Britons experienced the hottest day of the year so far on Saturday, and the hottest Easter bank holiday weekend for 70 years, as the temperature hit 25.5C (77.9F) in Gosport in Hampshire.
The temperature is expected to rise even further on Monday to 27C, making the sunniest spots in the UK warmer than most of Europe, Algeria and Morocco.
The record for Easter weather was set on Easter Sunday in 1949, when a temperature of 29.4C was recorded in Camden Square, north London.
In central London, people were enjoying the sunshine.
“It’s gorgeous when it’s like this, I’m just going to watch them run around,” said Niamh Collins, whose two boys, aged four and seven, were preoccupied with water guns in a square filled with families on Saturday.
On Regent’s Canal, Chloe and Delilah, both 16, were sunbathing. Theysaid they were trying to enjoy the afternoon despite having revision to do.
“We’ve got our [GCSE] exams starting in two weeks,” said Chloe. “It’s so stress, but it’s hard to concentrate when it’s like this and I want a tan. Look how pale my legs are!”
Marco Petagna, a Met Office spokesman, said it could be a record-breaking Easter Sunday and Monday. “Solent saw temperatures of 25.3C and 24C in 2011, but there’s a strong chance that southern England over the next two days will exceed that,” he said.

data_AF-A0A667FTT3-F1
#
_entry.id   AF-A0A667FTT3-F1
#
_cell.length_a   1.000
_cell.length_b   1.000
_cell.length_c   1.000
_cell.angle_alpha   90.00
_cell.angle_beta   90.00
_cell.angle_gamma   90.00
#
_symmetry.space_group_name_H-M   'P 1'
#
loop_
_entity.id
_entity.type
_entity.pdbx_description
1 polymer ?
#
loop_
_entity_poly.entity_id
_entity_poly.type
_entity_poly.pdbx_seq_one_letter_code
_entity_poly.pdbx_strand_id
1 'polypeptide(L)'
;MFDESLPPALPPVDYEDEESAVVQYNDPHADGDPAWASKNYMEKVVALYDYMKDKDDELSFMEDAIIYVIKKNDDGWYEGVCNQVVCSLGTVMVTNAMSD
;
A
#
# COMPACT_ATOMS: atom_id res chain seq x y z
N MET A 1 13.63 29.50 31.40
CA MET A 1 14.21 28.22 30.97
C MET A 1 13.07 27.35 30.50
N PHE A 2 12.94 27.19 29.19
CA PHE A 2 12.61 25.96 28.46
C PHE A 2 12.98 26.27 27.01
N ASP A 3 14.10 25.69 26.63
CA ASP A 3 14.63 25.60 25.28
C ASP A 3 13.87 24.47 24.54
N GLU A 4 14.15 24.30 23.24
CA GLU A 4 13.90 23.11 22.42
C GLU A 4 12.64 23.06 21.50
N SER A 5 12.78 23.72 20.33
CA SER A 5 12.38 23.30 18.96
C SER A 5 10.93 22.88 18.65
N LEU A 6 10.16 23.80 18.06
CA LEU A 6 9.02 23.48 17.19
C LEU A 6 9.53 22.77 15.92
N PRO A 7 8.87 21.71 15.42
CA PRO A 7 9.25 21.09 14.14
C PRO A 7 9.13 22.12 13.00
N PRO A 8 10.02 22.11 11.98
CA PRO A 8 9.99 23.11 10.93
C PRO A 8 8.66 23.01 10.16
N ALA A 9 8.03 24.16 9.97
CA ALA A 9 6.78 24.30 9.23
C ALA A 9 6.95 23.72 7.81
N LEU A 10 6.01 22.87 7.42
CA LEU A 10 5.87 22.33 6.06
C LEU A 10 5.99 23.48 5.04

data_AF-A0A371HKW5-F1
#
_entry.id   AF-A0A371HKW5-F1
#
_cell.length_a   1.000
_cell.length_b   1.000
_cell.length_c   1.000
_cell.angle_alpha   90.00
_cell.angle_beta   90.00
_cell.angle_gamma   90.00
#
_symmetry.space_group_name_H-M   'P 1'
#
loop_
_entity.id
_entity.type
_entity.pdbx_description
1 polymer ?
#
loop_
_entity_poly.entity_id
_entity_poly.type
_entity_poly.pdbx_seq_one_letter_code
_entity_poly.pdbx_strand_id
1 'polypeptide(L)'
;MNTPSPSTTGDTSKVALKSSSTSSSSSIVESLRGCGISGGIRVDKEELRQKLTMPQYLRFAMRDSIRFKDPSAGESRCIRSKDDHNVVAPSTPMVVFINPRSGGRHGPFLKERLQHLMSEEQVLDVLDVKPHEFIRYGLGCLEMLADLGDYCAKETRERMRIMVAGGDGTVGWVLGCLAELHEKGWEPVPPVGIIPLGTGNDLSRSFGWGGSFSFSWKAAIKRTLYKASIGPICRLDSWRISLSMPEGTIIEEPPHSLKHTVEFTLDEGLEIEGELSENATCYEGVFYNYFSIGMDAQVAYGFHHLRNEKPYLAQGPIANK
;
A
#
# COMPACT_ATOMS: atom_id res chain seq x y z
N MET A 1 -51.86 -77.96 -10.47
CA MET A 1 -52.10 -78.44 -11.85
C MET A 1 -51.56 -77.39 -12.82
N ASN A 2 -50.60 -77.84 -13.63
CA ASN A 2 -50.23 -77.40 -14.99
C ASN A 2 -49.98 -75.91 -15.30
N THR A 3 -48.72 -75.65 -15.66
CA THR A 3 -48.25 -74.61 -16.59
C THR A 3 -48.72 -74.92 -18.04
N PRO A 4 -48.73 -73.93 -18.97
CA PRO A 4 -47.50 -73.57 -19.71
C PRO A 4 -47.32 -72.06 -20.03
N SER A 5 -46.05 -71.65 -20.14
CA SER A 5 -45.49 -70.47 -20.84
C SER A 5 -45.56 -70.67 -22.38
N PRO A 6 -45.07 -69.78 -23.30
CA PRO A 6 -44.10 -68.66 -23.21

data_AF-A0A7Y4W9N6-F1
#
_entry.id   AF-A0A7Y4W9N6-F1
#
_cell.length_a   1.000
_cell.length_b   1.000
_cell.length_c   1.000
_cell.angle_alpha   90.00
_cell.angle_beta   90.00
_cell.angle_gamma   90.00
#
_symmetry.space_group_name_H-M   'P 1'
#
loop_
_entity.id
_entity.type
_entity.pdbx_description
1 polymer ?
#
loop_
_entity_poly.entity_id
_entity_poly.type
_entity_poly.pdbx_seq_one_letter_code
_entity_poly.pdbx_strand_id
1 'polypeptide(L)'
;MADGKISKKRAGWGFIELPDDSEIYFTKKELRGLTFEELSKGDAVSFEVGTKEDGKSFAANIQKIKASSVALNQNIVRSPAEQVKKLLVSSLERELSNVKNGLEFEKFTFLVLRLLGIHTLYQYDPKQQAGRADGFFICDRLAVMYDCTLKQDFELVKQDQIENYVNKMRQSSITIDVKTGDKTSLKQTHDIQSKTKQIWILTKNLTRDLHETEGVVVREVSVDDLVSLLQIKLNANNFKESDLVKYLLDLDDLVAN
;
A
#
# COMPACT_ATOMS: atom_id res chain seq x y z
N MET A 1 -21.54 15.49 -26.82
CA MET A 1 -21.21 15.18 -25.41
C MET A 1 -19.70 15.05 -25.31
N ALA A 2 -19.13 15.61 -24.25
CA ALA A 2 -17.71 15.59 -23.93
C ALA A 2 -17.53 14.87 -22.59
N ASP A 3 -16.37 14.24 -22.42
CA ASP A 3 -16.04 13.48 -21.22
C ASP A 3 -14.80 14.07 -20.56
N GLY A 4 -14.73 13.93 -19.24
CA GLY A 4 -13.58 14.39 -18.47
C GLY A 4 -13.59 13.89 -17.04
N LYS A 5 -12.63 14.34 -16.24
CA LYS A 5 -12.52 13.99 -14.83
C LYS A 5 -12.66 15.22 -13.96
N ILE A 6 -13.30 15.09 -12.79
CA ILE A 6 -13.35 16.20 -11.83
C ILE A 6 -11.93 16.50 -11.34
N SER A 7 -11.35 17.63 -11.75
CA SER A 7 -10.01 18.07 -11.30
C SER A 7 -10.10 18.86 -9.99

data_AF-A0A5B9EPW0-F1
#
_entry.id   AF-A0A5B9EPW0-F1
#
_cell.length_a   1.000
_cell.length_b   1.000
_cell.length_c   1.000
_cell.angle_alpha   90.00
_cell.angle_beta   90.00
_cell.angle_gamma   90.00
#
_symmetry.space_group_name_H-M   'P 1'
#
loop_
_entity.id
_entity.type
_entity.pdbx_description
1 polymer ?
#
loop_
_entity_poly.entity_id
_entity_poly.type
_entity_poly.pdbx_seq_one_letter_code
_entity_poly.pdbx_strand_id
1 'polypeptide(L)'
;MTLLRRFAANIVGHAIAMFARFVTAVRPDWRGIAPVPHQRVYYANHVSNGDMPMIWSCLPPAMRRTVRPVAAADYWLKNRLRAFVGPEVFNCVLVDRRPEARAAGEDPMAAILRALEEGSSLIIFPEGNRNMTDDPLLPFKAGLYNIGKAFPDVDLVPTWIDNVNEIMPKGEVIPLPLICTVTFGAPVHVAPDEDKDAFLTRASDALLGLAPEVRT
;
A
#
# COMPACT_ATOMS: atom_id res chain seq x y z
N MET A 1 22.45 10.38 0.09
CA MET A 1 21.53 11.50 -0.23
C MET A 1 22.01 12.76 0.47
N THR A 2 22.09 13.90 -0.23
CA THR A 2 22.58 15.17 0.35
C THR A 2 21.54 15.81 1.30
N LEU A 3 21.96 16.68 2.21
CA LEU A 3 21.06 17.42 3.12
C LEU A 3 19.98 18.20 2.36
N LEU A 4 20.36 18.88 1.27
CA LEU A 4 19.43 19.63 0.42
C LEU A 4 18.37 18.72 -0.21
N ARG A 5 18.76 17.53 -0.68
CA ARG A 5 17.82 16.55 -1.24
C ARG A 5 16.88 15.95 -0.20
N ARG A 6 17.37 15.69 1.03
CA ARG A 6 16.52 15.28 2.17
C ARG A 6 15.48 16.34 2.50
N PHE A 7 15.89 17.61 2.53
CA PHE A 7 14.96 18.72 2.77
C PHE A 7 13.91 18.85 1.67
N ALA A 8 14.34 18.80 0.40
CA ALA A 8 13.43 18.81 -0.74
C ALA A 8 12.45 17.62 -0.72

He cited high pressure and south-easterly winds drawing in warm weather from the continent as the reason for the sunny spell. “Three days of weather over 25C constitutes a heatwave,” he said on Saturday. “We expect it will break on Tuesday but it will be glorious throughout the weekend.”
Supermarkets reported a surge of sales in sausages, burgers, ice lollies and ice-creams. Sainsbury’s said it expected sales of rosé wine to jump by 40%, fake tan to climb by 300% and sun cream by 800% compared with last week.
According to Airbnb, the seaside town of Scarborough in North Yorkshire was trending as the UK’s top weekend holiday spot this Easter.
John Porter, visitor officer at the RNLI Scarborough lifeboat station, said: “It’s certainly a day for the beach – it’s the busiest it’s been here all year. People are here in cossies, bikinis, children are paddling and making sandcastles. It’s a hot day.”
There were big queues, he said, for restaurants and ice-cream parlours.
While sunshine and blue skies were being enjoyed across Britain, the warm temperatures were less welcome for people with hayfever, who were told of “a deadly pollen bomb”, triggered by high pollen counts which could put some sufferers at risk.